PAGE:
E-commerce platform providers BigCommerce and Shopify today announced that retailers that use its platform now can tag products in Instagram posts.

A lot more retailers may soon be selling on Instagram.

E-commerce platform providers BigCommerce and Shopify today announced that retailers that use its platform now can tag products in Instagram posts. 25 retailers in the Internet Retailer 2017 Top 1000 use BigCommerce’s e-commerce platform and 23 use Shopify, according to Internet Retailer’s Top500Guide.com.

 

The move is the latest step by the social network to expand the e-commerce features on its platform. Instagram has been testing e-retail features with 20 U.S.-based retail brands including Kate Spade (No. 124 in the Top 500), JackThreads (No.250) and Warby Parker (No. 189), last November.

The tagging feature enables retailers to make contextual information, such as pricing and product descriptions, accessible to shoppers using Instagram’s iOS and Android apps with a single click. When a shopper is ready to make a purchase, the post can direct her to the associated product page on the merchant’s website.

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BigCommerce merchants can use Instagram shoppable posts

Nearly all of the roughly 40 brands that have tested the feature have found the tool is helping drive traffic and sales, says Jimmy Duvall, BigCommerce’s chief product officer. For instance, women’s intimate apparel retailer The Natori Co., which works with BigCommerce, says that within a “few short weeks” of launching the shopping features, its revenue from the channel jumped 100% and its Instagram referral traffic rose 1,416%. “Instagram has played a major role in helping us build a brand,” says president Ken Natori.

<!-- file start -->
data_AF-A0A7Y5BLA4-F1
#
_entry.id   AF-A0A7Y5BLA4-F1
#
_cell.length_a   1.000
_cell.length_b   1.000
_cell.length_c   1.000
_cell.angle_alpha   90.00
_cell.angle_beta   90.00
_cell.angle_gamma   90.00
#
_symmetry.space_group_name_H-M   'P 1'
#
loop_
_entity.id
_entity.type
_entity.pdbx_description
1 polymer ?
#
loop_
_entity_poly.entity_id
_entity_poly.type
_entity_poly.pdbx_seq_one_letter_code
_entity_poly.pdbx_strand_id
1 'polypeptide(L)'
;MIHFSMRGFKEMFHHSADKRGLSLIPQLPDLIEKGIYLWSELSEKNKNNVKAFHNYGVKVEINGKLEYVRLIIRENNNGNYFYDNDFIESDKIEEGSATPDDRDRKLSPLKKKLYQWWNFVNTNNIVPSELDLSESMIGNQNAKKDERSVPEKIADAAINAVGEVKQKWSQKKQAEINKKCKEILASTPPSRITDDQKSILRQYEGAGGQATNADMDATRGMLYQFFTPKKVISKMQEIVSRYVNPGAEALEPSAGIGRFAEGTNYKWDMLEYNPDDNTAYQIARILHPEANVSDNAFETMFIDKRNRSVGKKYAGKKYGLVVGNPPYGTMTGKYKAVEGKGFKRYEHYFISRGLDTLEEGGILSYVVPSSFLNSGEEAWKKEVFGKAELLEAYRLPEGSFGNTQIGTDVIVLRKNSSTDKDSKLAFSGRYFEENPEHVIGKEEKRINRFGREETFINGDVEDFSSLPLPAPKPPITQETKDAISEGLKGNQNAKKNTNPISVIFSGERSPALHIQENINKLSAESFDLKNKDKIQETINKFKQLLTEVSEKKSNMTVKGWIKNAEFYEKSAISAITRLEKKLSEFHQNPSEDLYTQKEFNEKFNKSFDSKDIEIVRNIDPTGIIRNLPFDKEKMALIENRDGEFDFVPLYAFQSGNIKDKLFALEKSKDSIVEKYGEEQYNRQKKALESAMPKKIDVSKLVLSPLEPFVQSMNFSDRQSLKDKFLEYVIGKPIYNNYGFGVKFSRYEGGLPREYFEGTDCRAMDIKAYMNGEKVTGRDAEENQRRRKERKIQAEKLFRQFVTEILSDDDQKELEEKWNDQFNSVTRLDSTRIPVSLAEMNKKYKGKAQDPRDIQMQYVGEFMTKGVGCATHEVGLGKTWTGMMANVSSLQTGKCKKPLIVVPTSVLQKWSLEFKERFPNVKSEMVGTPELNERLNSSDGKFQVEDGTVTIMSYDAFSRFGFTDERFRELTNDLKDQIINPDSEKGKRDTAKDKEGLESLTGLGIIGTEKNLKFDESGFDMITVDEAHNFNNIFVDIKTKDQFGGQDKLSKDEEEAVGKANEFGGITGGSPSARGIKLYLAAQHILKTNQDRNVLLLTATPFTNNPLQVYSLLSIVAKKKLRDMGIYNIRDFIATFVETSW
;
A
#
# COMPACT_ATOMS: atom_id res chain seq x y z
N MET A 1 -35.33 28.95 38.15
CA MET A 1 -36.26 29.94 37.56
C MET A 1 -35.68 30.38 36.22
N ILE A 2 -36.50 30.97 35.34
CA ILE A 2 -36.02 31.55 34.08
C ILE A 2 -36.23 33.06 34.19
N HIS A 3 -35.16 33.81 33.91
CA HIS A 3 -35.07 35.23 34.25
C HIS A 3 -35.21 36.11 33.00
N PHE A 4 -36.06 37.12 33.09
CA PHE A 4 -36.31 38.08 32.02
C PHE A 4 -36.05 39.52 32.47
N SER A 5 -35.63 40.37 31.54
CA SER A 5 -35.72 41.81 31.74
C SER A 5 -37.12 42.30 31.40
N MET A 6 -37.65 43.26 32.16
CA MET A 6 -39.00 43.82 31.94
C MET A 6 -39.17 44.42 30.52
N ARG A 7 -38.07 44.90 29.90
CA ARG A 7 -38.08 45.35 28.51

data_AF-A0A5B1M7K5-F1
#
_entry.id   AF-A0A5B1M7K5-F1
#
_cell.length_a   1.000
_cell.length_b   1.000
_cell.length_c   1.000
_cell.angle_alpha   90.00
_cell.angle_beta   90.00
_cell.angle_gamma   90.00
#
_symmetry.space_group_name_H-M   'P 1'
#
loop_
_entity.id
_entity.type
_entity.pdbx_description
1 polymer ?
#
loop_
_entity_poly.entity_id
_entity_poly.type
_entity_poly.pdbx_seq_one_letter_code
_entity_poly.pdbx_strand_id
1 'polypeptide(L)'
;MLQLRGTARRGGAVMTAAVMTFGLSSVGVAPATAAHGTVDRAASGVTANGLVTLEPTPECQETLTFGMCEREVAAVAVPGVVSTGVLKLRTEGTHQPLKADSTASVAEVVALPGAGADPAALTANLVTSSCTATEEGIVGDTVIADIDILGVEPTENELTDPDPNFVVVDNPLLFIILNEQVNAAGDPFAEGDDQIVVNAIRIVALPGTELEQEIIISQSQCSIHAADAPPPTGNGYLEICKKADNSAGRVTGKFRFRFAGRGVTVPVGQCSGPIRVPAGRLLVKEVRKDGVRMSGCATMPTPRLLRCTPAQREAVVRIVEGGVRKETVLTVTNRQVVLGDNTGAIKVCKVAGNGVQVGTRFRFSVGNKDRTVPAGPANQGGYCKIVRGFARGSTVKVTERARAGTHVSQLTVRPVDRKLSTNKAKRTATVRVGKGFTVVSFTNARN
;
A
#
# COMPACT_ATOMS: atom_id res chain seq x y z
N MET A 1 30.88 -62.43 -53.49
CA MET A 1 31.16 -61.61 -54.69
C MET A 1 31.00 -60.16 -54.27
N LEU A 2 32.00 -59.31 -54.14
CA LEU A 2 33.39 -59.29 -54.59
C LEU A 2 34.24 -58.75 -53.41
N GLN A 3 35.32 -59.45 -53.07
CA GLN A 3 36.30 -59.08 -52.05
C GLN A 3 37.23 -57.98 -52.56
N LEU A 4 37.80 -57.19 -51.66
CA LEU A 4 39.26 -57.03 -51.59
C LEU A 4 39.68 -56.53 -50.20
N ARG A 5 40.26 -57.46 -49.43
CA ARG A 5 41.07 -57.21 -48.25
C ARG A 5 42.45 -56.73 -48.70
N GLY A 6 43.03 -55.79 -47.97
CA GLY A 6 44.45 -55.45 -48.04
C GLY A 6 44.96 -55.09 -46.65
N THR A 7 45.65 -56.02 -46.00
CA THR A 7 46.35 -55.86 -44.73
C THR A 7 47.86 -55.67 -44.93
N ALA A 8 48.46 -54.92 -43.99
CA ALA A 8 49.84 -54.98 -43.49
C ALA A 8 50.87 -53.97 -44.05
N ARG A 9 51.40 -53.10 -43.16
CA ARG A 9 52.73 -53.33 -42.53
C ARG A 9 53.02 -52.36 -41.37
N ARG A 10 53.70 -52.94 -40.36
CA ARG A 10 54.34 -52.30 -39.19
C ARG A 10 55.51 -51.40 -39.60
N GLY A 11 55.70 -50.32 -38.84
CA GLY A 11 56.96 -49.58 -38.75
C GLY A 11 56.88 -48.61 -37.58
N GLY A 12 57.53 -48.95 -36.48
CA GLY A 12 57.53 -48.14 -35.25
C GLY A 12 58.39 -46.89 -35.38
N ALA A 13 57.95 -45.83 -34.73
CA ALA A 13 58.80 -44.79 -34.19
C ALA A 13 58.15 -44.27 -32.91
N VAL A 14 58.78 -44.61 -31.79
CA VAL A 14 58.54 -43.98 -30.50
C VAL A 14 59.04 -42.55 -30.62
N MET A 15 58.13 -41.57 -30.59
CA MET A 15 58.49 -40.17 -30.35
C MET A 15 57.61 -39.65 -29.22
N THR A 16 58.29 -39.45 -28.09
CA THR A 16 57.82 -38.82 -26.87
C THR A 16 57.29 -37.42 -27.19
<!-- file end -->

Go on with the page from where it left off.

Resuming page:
Retailers using shoppable posts can access analytics data to understand how many Instagram users tapped to view product details or clicked Shop Now to visit a merchant’s website.

Helping retailers drive sales on Instagram is part of a push by BigCommerc to give merchants the ability to sell on channels beyond their e-commerce site, Duvall says. “We’re trying to enable retailers to use our e-commerce platform where consumers already are,” he says, pointing to data such as a December 2016 Internet Retailer survey of 515 U.S. adult online shoppers that found that 52.5% of online shoppers start their product searches on Amazon.  “There’s a large portion of consumer buying behavior that’s no longer driven by search.” Shopify is making similar moves by offering integrations with a number of online marketplaces, such as Pinterest and Houzz.

Shopping on Instagram is currently available to U.S.-based BigCommerce and Shopify merchants that have set up their accounts to sell on Facebook that are selling in U.S. dollars.

 

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